Acting as an expert witness

An expert witness provides an impartial medical opinion to a court, tribunal or committee.

  • An expert witness provides a medical opinion on the facts of the case.
  • This is different from the role of the professional witness.
  • The expert witness' duty is to the court.
  • Training is available from specialist companies.

What does an expert witness do?

An expert witness assists a court, tribunal or committee by providing an impartial medical opinion.

They will be experienced in a relevant specialty, and their evidence will help the court reach a decision about the case. Lawyers will decide how to proceed with a case largely based on the expert opinion.

The expert witness will not normally have had direct clinical contact with the patient before legal proceedings start.

Who can act as an expert witness?

  • Practitioners with sufficient experience in their specialty to be able to give a reliable and informed opinion to the court.
  • At least 10-15 years' experience in a specialty may provide the necessary background knowledge to become an expert witness.
  • Information and training is available from the Expert Witness Institute.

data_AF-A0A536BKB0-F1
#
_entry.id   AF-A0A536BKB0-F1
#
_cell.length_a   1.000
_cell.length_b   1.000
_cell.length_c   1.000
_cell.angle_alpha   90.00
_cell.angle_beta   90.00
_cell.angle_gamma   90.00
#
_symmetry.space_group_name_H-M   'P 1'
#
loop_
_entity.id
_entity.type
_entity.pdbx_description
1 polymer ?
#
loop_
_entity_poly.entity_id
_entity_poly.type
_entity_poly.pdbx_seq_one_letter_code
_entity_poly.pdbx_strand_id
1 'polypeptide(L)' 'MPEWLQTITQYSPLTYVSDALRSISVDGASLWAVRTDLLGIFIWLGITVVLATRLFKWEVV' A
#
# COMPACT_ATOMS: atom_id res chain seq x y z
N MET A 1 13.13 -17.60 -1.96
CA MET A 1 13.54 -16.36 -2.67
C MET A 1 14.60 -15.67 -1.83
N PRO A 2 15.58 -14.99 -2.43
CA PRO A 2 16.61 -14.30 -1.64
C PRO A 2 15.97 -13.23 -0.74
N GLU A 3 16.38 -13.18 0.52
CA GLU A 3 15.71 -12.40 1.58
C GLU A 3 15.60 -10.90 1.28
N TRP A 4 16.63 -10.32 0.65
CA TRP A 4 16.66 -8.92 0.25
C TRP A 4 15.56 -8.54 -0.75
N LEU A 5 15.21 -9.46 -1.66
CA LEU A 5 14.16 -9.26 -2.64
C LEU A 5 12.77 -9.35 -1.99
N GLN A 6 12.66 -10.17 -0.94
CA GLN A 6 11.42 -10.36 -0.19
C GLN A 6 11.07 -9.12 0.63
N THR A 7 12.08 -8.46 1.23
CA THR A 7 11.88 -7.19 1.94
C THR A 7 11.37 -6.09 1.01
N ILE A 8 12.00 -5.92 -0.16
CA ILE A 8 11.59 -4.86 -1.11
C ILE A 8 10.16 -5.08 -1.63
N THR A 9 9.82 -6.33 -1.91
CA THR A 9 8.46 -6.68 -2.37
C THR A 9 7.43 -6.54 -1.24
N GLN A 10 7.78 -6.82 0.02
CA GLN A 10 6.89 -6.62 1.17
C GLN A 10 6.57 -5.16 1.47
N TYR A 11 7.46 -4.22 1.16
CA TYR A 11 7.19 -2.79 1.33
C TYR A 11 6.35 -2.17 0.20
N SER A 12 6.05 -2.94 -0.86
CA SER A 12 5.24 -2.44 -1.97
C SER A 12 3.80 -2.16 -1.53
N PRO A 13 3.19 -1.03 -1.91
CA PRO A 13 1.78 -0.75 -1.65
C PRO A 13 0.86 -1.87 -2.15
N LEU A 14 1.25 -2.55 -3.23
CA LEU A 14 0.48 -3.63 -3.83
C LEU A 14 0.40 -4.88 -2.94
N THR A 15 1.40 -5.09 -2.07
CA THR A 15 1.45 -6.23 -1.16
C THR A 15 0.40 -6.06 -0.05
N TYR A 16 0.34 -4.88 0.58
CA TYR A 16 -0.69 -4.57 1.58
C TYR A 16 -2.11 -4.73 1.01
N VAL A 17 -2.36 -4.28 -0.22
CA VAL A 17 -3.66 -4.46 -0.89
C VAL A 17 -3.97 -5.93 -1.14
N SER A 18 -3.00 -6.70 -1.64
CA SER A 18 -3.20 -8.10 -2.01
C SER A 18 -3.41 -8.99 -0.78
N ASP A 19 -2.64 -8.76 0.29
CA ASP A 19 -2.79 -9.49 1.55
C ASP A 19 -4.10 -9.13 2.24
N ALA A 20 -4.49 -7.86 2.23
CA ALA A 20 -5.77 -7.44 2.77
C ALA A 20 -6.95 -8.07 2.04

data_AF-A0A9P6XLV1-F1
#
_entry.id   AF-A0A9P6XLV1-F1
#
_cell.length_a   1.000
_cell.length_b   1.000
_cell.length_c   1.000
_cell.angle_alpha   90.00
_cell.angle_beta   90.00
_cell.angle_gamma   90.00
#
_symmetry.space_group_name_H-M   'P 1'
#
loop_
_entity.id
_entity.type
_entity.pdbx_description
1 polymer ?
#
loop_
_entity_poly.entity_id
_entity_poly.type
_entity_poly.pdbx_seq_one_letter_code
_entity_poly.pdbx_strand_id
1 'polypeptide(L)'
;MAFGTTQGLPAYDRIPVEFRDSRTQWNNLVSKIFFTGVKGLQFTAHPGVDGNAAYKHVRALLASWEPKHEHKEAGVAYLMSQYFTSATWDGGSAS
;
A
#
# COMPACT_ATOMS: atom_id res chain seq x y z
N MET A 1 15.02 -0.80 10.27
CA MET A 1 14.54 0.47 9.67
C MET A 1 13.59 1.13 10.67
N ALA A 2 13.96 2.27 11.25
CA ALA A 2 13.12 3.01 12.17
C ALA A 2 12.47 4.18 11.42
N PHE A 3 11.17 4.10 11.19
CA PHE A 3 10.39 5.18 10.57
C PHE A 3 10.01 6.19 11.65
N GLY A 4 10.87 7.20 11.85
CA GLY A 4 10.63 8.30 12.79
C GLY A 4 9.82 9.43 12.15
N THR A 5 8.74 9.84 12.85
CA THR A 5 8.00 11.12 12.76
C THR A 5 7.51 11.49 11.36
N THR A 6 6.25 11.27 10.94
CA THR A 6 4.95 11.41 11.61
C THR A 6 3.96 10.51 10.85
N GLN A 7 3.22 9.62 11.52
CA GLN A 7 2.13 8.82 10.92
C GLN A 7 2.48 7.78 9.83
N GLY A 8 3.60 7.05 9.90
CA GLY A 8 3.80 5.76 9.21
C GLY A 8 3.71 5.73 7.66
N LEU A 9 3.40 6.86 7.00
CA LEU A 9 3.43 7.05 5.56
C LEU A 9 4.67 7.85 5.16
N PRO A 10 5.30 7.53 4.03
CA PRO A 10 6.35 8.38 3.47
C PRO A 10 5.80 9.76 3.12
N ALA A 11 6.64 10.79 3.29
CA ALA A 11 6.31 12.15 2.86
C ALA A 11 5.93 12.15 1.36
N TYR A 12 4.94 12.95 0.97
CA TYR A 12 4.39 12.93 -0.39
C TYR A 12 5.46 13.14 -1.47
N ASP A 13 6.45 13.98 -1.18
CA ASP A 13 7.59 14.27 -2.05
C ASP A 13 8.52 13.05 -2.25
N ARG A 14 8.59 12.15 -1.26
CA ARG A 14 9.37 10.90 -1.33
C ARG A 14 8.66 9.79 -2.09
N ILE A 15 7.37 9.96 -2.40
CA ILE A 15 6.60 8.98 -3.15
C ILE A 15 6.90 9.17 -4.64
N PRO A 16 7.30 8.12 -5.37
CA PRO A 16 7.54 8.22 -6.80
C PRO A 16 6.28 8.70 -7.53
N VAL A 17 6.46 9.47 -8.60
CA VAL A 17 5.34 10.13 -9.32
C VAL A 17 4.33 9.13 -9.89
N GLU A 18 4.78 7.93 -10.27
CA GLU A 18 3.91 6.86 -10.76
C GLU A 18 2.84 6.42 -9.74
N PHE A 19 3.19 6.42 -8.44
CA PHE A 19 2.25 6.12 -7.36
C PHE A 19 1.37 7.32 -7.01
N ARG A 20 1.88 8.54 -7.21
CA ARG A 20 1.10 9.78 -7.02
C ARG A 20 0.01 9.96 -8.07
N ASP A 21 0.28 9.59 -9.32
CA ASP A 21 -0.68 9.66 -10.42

What are the duties of an expert witness?

You must understand your role and follow the GMC guidance that sets out the duties of a doctor when acting as a witness.

An expert witness must:

  • be impartial - your duty is to the court, not the person who instructs or pays you
  • confine statements to areas of relevant knowledge or direct experience
  • include all relevant information and provide a balanced opinion
  • declare any conflicts of interest without delay
  • not disclose confidential information without consent (other than to parties to the proceedings, or where obliged by law or ordered by the court)
  • inform appropriate people if you change your view on a material matter
  • make sure that instructions you are given are clear and unambiguous.

Expert witness duties can include:

  • a clinical examination of the patient
  • writing a report
  • literature search
  • discussions with lawyers and other experts
  • attending hearings
  • giving evidence based on your report.

For civil cases, you should be familiar with the Civil Procedure Rules (Rule 35) and your report must comply with them. You may be vulnerable to criticism if it does not.

Further advice

If you're considering accepting instructions as an expert witness, read our detailed guide on what this involves.

Members can also contact our medico-legal advisers by phone or email for specific advice and support.

This page was correct at publication on 30/01/2024. Any guidance is intended as general guidance for members only. If you are a member and need specific advice relating to your own circumstances, please contact one of our advisers.


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